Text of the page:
Lead Paint Liability Expansion Passes First Committee in Senate

A California Chamber of Commerce-opposed bill that significantly expands public nuisance liability in California passed a Senate policy committee this week.

The CalChamber opposes AB 2803 (Limón; D-Goleta) because it extends public nuisance liability far beyond the seminal case law regarding lead paint pigment public nuisance liability to apply to any residence in California where lead paint is found either inside or outside the home.

CalChamber Policy Advocate Adam Regele explains to the Senate Judiciary Committee how AB 2803 (Limón; D-Goleta) “radically expands” lead paint liability beyond the parameters set in a recent court decision.

Contrary to the bill’s declaration that it merely clarifies “existing public nuisance law as applied to lead-based paint,” AB 2803 greatly expands liability for paint manufacturers, retailers, and distributors by making them liable for lead-based paint for every home, in any state, regardless of whether the business even sold the paint used, when the paint was sold, whether the paint was used internally or externally, or if any injury resulted from the lead-based paint at the home.

In a recent landmark case, People v. Atlantic Richfield Company, three companies associated with promoting interior lead-based paint more than 50 years ago were held liable for public nuisance in 10 plaintiff jurisdictions.

The Sixth District Court of Appeal carefully limited liability to interior only lead-based paints, applied in pre-1951 homes, that were located only in these 10 jurisdictions. Nevertheless, the ruling opened a Pandora’s box of future claims extending well beyond the lead-paint issue.

Given that there is some risk of harm from nearly all products, especially when they are misused, misapplied or not maintained, the expansion of public nuisance liability may have a profound effect on the California business landscape for all companies associated with any product.

AB 2803 would magnify the uncertainty and potential liabilities for California companies already reeling from the landmark court decision. The bill removes the distinction between interior and exterior lead paint, removes the restriction that liability extend only to homes built before 1951, and unleashes public nuisance liability for any home across the state.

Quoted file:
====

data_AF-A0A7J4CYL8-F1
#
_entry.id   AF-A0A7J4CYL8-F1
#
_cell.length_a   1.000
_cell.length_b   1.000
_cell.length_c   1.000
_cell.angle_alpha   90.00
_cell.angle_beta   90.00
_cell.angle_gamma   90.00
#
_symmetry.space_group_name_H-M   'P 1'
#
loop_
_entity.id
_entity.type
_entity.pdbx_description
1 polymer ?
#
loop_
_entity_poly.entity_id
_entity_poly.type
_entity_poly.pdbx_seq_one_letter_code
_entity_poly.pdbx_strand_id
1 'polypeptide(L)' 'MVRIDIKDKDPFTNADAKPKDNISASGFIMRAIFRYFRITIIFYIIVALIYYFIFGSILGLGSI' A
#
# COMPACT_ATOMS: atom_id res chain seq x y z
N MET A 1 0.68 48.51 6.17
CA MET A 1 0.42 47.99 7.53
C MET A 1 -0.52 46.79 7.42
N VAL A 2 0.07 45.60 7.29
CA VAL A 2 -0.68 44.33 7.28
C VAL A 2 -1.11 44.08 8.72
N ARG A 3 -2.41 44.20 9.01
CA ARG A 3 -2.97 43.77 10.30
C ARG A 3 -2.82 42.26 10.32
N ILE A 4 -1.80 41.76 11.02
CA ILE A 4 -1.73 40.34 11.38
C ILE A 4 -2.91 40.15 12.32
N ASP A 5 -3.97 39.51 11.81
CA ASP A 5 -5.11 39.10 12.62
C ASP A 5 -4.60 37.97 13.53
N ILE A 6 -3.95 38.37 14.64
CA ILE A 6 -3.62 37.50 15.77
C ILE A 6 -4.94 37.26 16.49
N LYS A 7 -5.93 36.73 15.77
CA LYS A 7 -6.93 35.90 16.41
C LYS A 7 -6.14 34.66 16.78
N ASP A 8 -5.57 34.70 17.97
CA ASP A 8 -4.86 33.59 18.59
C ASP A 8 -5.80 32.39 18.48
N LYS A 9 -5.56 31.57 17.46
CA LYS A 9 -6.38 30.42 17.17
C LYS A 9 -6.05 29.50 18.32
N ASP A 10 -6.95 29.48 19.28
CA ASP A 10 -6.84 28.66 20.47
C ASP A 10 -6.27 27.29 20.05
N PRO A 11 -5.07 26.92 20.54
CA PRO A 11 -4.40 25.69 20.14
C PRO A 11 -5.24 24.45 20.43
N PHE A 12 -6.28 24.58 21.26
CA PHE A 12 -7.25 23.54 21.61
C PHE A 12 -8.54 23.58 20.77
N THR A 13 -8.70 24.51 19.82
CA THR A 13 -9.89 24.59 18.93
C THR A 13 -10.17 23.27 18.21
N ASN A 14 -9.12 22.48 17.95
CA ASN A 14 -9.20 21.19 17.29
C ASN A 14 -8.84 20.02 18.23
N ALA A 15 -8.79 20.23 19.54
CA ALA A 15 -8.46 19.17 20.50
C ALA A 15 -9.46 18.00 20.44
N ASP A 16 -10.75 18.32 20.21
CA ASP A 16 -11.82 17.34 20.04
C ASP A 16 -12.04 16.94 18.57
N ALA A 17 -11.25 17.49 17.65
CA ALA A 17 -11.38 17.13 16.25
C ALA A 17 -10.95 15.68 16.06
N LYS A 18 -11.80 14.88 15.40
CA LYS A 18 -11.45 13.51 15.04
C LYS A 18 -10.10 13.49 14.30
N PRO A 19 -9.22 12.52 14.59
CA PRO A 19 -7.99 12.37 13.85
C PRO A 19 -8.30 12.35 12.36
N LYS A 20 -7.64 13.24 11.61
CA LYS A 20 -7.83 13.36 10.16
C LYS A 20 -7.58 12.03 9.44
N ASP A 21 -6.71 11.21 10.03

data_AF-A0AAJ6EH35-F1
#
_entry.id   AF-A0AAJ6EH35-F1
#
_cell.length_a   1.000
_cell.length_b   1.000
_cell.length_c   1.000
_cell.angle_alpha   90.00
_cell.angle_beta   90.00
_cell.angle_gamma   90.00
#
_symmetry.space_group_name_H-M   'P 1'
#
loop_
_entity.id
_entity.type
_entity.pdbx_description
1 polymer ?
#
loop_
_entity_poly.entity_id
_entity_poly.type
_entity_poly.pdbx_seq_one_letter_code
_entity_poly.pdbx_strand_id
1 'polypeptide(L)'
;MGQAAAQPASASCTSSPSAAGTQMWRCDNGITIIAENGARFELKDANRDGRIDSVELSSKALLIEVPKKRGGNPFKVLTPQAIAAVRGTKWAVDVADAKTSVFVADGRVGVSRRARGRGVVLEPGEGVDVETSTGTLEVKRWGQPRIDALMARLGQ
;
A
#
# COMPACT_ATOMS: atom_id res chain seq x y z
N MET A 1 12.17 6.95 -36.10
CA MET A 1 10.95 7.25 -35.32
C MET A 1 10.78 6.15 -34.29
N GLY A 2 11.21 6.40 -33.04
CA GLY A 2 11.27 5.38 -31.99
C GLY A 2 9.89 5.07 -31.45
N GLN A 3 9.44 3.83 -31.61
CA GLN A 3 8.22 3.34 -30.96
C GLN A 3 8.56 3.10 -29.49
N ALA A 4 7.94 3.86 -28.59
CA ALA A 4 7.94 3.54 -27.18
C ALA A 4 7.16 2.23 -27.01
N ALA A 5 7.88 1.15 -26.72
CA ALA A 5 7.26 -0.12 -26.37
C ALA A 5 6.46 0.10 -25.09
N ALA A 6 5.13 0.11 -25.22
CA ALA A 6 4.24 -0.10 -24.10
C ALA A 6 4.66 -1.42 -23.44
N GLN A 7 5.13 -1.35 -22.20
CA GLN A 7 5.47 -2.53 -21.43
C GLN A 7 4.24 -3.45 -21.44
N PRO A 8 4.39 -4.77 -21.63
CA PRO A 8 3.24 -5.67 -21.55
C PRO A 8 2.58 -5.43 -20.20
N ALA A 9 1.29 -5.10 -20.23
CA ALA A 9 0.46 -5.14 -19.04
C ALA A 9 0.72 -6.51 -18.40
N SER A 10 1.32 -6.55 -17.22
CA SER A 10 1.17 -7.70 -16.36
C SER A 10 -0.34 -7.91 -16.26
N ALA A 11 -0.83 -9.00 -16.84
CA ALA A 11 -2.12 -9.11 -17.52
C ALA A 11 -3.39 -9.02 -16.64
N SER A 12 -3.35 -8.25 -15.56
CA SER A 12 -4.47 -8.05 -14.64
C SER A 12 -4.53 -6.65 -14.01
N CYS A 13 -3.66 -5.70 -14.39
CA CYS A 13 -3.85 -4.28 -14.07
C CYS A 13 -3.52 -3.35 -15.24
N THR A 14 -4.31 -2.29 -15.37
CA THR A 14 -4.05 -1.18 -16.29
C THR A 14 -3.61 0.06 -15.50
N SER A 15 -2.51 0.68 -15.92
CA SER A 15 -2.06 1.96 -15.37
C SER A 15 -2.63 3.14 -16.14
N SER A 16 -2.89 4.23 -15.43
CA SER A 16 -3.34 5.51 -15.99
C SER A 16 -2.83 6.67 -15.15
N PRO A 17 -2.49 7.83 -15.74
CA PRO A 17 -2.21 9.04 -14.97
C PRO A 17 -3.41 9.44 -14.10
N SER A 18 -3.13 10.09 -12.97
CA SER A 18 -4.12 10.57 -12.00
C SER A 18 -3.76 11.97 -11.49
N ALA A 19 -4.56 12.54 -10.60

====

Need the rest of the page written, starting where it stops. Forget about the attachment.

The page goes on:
The decision in People v. Atlantic Richfield Company that imposed liability for lawful products sold or promoted 50 years ago is already significant and unprecedented. Expanding this liability even further as proposed in AB 2803, is unnecessary and creates further harm to companies that did not create or cause the health hazard alleged.

Key Vote

The Senate Judiciary Committee voted 4-2 on June 12 to send AB 2803 along to the Senate Environmental Quality Committee:

Ayes: Jackson (D-Santa Barbara), Hertzberg (D-Van Nuys), Monning (D-Carmel), Stern (D-Canoga Park).

Noes: Anderson (R-Alpine), Moorlach (R-Costa Mesa)

No vote recorded: Wieckowski (D-Fremont).

Staff Contact: Adam Regele

Previous articleLocal Ordinance Changes in Minimum Wage and More Coming July 1
Next articleCalChamber-Opposed Bill Will Increase Energy Costs
Adam Regele was named vice president of advocacy and strategic partnerships in March 2023. He joined the CalChamber in April 2018 as a policy advocate specializing in environmental policy, housing and land use, and product regulation issues. He was named a senior policy advocate in April 2021 in recognition of his efforts on behalf of members. Regele came to CalChamber after practicing law at Oakland-based Meyers, Nave, Riback, Silver & Wilson, PLC, where he advised private and public clients on complex projects involving land use and environmental laws and regulations at the local, state and federal levels. Before entering private practice, Regele served as a federal judicial law clerk to the Honorable Edward J. Davila of the U.S. District Court, Northern District of California. Regele earned a B.S. in environmental science at the University of California, Berkeley, and a J.D. from UC Hastings College of Law, where he was symposium editor and research and development editor for the Hastings West-Northwest Journal.